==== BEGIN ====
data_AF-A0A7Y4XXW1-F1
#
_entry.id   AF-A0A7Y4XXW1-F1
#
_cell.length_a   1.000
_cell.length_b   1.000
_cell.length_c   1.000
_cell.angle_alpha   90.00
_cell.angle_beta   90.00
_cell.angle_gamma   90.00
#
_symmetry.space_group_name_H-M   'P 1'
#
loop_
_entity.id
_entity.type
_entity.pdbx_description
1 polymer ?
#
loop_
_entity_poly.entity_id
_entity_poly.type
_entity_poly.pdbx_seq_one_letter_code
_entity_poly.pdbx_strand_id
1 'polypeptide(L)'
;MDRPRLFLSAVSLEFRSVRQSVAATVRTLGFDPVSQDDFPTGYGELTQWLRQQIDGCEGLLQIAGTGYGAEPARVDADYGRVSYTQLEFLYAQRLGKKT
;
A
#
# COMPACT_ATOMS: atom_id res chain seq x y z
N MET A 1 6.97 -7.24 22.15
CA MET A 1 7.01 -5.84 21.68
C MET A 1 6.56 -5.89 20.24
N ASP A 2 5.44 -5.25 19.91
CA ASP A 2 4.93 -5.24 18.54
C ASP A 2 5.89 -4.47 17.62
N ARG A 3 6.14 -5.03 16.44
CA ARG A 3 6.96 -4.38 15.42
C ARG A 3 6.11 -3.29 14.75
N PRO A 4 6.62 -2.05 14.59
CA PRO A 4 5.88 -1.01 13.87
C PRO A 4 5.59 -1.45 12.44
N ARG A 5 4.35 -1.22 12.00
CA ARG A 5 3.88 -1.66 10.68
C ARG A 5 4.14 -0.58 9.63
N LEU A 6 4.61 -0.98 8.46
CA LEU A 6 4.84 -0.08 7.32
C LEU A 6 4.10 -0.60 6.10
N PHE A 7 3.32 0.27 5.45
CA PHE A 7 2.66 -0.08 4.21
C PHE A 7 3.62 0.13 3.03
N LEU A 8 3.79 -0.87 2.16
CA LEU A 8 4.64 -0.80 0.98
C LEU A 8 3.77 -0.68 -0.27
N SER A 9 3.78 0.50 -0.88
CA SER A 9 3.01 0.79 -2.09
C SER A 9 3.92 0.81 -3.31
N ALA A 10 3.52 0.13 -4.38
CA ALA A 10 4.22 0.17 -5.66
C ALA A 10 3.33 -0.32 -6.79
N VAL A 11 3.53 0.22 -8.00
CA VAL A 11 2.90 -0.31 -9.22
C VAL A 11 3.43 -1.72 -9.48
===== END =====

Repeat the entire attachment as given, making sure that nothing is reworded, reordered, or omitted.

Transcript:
data_AF-A0A7Y4XXW1-F1
#
_entry.id   AF-A0A7Y4XXW1-F1
#
_cell.length_a   1.000
_cell.length_b   1.000
_cell.length_c   1.000
_cell.angle_alpha   90.00
_cell.angle_beta   90.00
_cell.angle_gamma   90.00
#
_symmetry.space_group_name_H-M   'P 1'
#
loop_
_entity.id
_entity.type
_entity.pdbx_description
1 polymer ?
#
loop_
_entity_poly.entity_id
_entity_poly.type
_entity_poly.pdbx_seq_one_letter_code
_entity_poly.pdbx_strand_id
1 'polypeptide(L)'
;MDRPRLFLSAVSLEFRSVRQSVAATVRTLGFDPVSQDDFPTGYGELTQWLRQQIDGCEGLLQIAGTGYGAEPARVDADYGRVSYTQLEFLYAQRLGKKT
;
A
#
# COMPACT_ATOMS: atom_id res chain seq x y z
N MET A 1 6.97 -7.24 22.15
CA MET A 1 7.01 -5.84 21.68
C MET A 1 6.56 -5.89 20.24
N ASP A 2 5.44 -5.25 19.91
CA ASP A 2 4.93 -5.24 18.54
C ASP A 2 5.89 -4.47 17.62
N ARG A 3 6.14 -5.03 16.44
CA ARG A 3 6.96 -4.38 15.42
C ARG A 3 6.11 -3.29 14.75
N PRO A 4 6.62 -2.05 14.59
CA PRO A 4 5.88 -1.01 13.87
C PRO A 4 5.59 -1.45 12.44
N ARG A 5 4.35 -1.22 12.00
CA ARG A 5 3.88 -1.66 10.68
C ARG A 5 4.14 -0.58 9.63
N LEU A 6 4.61 -0.98 8.46
CA LEU A 6 4.84 -0.08 7.32
C LEU A 6 4.10 -0.60 6.10
N PHE A 7 3.32 0.27 5.45
CA PHE A 7 2.66 -0.08 4.21
C PHE A 7 3.62 0.13 3.03
N LEU A 8 3.79 -0.87 2.16
CA LEU A 8 4.64 -0.80 0.98
C LEU A 8 3.77 -0.68 -0.27
N SER A 9 3.78 0.50 -0.88
CA SER A 9 3.01 0.79 -2.09
C SER A 9 3.92 0.81 -3.31
N ALA A 10 3.52 0.13 -4.38
CA ALA A 10 4.22 0.17 -5.66
C ALA A 10 3.33 -0.32 -6.79
N VAL A 11 3.53 0.22 -8.00
CA VAL A 11 2.90 -0.31 -9.22
C VAL A 11 3.43 -1.72 -9.48